How to resolve the South China Sea issue

Updated: 2011-07-07 07:58

By Jin Yongming (China Daily)

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China has been making continuous efforts to defuse the tension over the South China Sea issue, even though some countries have taken unilateral actions to meet their interests.

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The South China Sea issue is complicated with legal disputes, which should be solved within the framework of international laws, including the Charter of United Nations, the 1982 UN Convention on the Law of the Sea (UNCLOS) and the 2002 Declaration on the Conduct of Parties in the South China Sea.

The legal disputes can be divided into two parts: China's territorial disputes with some Southeast Asian countries, and its disagreements with the US on military action in the region. The US claims to defend free navigation in the South China Sea, but actually it is defending its own military interests.

The disputes between countries can be resolved peacefully either politically or diplomatically, or through legal procedures.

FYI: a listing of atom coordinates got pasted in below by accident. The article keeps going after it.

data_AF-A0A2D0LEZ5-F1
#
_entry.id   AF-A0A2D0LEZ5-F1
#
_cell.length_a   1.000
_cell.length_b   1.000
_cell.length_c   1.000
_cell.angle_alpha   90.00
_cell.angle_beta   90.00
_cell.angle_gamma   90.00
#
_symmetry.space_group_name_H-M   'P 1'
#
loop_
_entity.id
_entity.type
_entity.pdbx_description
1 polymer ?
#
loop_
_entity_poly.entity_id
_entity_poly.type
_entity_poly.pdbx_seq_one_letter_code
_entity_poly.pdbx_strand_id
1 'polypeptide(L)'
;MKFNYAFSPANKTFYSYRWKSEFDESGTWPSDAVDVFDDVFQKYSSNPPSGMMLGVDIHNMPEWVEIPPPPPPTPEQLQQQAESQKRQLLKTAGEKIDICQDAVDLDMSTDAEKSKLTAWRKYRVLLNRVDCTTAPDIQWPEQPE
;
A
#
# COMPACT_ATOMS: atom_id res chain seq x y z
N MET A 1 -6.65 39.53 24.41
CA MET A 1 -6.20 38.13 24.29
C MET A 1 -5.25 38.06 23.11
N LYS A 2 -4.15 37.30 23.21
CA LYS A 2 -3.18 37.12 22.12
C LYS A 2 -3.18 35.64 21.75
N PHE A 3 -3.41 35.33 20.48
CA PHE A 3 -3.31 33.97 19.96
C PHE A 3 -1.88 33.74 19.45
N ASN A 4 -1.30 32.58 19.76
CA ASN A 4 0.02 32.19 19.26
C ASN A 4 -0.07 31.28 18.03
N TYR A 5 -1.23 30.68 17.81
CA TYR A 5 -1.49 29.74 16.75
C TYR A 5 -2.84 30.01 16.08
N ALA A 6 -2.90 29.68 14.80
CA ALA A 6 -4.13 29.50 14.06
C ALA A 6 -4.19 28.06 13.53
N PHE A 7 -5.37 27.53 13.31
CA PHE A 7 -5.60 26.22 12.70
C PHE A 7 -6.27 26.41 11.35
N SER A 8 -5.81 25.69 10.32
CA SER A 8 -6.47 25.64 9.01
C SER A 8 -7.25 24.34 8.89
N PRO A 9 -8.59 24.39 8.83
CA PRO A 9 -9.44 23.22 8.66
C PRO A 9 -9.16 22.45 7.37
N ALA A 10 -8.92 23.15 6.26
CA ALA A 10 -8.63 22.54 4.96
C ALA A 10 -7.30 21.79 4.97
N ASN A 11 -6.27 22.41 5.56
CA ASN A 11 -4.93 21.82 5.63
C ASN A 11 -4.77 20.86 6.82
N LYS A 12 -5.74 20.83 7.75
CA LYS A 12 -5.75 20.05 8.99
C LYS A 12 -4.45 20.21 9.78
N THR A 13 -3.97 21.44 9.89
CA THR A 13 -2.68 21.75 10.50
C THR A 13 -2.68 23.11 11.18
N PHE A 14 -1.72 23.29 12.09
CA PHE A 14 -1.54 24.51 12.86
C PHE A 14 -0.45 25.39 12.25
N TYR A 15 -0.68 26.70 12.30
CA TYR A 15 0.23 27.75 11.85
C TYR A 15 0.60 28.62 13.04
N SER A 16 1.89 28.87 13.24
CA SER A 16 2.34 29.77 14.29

The key to solving the territorial disputes over the islands, islets and reefs in the South China Sea through political means lies in related countries' (such as the Philippines and Vietnam) willingness to "shelve the disputes" and consent for "joint development". Since some countries are already exploiting many of the islands, it is very difficult to define the sea areas which need to be jointly developed and help resolve the disputes politically.

It is difficult to resolve them by using international laws, too, because neither China nor Vietnam has accepted the jurisdiction of the UN's International Court of Justice (ICJ) without reservations. The Philippines has accepted the ICJ's jurisdiction but has reservations on its jurisdiction over sea and land territorial disputes. Thus the possibility of solving the problem through the ICJ can also be ruled out.

Besides, according to Article 298 of UNCLOS, China made a statutory declaration on Aug 25, 2006 to the UN secretary-general that it doesn't accept any international court or arbitration in disputes over sea delimitation, territorial disputes and military activities. So the International Tribunal for the Law of the Sea cannot intervene in the South China Sea disputes between China and some Southeast Asian countries.

Moreover, without an agreement among the relevant countries, no arbitration organization can deal with the disputes. Therefore, the disputes cannot be resolved politically any time soon.

But there are some good examples of success. On June 30, 2004, the China-Vietnam Agreement on the Demarcation of the Beibu Gulf and the Beibu Gulf Fishery Cooperation Agreement came into force. On March 14, 2005, China, Vietnam and the Philippines signed the Tripartite Agreement for Joint Marine Seismic Undertaking in the Agreement Area in the South China Sea. And recently, China and Vietnam have intensified negotiations on new agreements to resolve their other disputes.

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